Sell Product Line Comic Strips - Page 11
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Dogbert sits at a table with a client and says, "If you plan to remain in the computer business you'd better bundle the 'Dogbert 2000' operating system with every unit you sell." Dogbert continues, "Otherwise, after I dominate the market you'll be last on my list to receive new products!" The man says, "You remind me of somebody . . ." Dogbert responds, "It's the glasses, isn't it?"
The Boss, Dogbert, Wally and Alice sit at a conference table. The Boss points at Dogbert who is growling and says, "I've asked Dogbert to get rid of our most troublesome customers." Dogbert says, "Ten percent of your customers account for ninety percent of your service costs. They must be eliminated." Alice asks, "Is that the same group of customers who actually USE our product?" Dogbert replies, "Plus the ones who were injured unpacking it."
Dogbert stands on a conference table next to a laptop and an overhead projector. He says to the Boss, Alice and Wally, "I've reduced your service costs by giving the technical-support group an unlisted phone number." Dogbert continues, "And a flaw in your product disables the customer's e-mail; they can't even write to you for help!" The Boss asks, "What if they ask a friend to e-mail us?" Alice responds, "People who use our product don't have friends." Wally asks, "Really? I use it."
Dilbert says to the Boss, ". . . But our primary vendor can't deliver, so . . ." The Boss ignores Dilbert and thinks, "I wonder what's on tv tonight." Dilbert continues, ". . . Should we risk a lawsuit or build a product that nobody on earth wants?" The Boss thinks, "Did he ask me to make a choice?" Dilbert thinks, "Will it be a request for information or an impractical solution?" The Boss says, "Let's do both!"
The Boss, Alice and Dilbert stand next to the coffee machine. The Boss says, "I need everybody to help in the shipping department today." The Boss continues, "Every product that ships before the end of the month gets counted as revenue for the fiscal year. Unfortunately, we don't have inventory." Dilbert, Alice and Wally each have an open box in front of them. The Boss continues, "So we'll ship whatever is lying around, book it as revenue and sort it out later." Wally reaches into his mouth and says, "This one's getting gum."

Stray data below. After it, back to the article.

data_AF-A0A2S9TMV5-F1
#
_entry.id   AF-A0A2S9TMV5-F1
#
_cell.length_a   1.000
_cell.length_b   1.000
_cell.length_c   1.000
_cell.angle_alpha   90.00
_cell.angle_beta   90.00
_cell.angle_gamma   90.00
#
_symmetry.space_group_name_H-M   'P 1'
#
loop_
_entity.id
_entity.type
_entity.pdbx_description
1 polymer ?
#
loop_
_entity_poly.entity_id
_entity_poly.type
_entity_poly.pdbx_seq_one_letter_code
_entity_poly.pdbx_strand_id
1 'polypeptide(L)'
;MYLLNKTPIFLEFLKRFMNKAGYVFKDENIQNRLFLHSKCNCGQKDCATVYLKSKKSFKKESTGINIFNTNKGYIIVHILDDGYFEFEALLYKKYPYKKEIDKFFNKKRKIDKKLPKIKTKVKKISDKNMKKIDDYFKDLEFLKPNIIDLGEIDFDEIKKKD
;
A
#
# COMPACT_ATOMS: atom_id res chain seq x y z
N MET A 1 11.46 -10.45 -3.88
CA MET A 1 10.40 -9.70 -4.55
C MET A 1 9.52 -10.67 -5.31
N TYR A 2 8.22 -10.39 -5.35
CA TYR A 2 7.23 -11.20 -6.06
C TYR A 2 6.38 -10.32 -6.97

Dilbert sits on the couch and Dogbert sits on the backrest. Dilbert's mother offers him a cookie and says, "I'll never understand what you do for a living." Dilbert replies, "I told you I'm an engineer, Mom." Dilbert's mom says, "So you say, but you also say you spend all day in meetings. When do you do any engineering?" Dilbert replies, "Good point. Let's just say I'm what the experts call a 'knowledge worker.'" Dilbert's mother asks, "Which experts call it that?" Dilbert replies, "I don't know." Dilbert's mom asks, "What's the name of the product you're working on?" Dilbert responds, "I don't know what the acronym stands for . . ." Mom asks, "What kind of market penetration and return on investment do you expect?" Dilbert says, "Um . . . I don't know . . ." Dilbert's mom says, "Oh, dear . . . Well, I'm sure you're very punctual." Dilbert shouts, "Ask me another question!! C'mon . . ." Dogbert asks, "Why do they call you a 'KNOWLEDGE worker'?"
Tags project time line, work portion, meet with people, competitive bids, predictable behavior, randomly reorganize, department, cut funding, final phase, death, bitter and broken, leaving building, medical
Dilbert and the Boss sit at a conference table. Dilbert works on a laptop connected to an overhead projector. Dilbert says, "Here's my project time line." Dilbert points to a diagram and says, "The 'work' portion will take one week." Dilbert continues, "I'll spend three weeks meeting with people whom you send to me because you don't feel like talking to them yourself." Dilbert continues, "I'll spend eight weeks getting competitive bids from companies that I know I won't select." Dilbert continues, ". . . Six weeks to get the wisdom and approval of executives who are too busy to understand the issues." Dilbert says, "During that time you will randomly reorganize the department and cut my funding." Dilbert points to a picture of a man jumping out of a building window. Dilbert continues, "In the final phase I leap to my death, a bitter and broken shell of a man." The Boss asks, "Is there some sort of manager thing I should be doing now?" Dilbert replies, "If I time my leap right you'll just be leaving the building."
Dogbert stands on a desk chair. Dilbert asks him, "Dogbert, I need you to facilitate some meetings." Dogbert asks, "What kind of meetings?" Dilbert says, "We're creating a process to fix our product development process. But first we're having some preplanning meetings . . ." Dilbert continues, " . . . to decide on a project name." Dogbert asks, "How about 'Death Spiral?'"
The Boss peers into Dilbert's cubicle and asks, "Could you do a demo of the new product for our VP next week?" Dilbert says, "Well . . . That would delay the ship date, lower morale and create an unending demand for more unproductive demos . . ." Dilbert continues, "Logically, since your objective is to show that we're doing valuable work . . ." The Boss interrupts, "And we'll need a banner that says 'Quality.'"
Dilbert stands in front of a table with a computer monitor on it. Wally is under the table pretending to be a 3-D interface. The Boss says to Dilbert nervously, "Our new VP is coming. Is the demo of our holographic interface ready?" Dilbert says, "Everything should be fine . . . Unless we're suddenly visited by the dark angel of product demos . . ." Phil appears inside the monitor next to Wally and says, "Hello-o-o, Wally. Did somebody say 'demo?'" Wally looks shocked. Dilbert says to the new VP, "I'm Dilbert; loyal peon."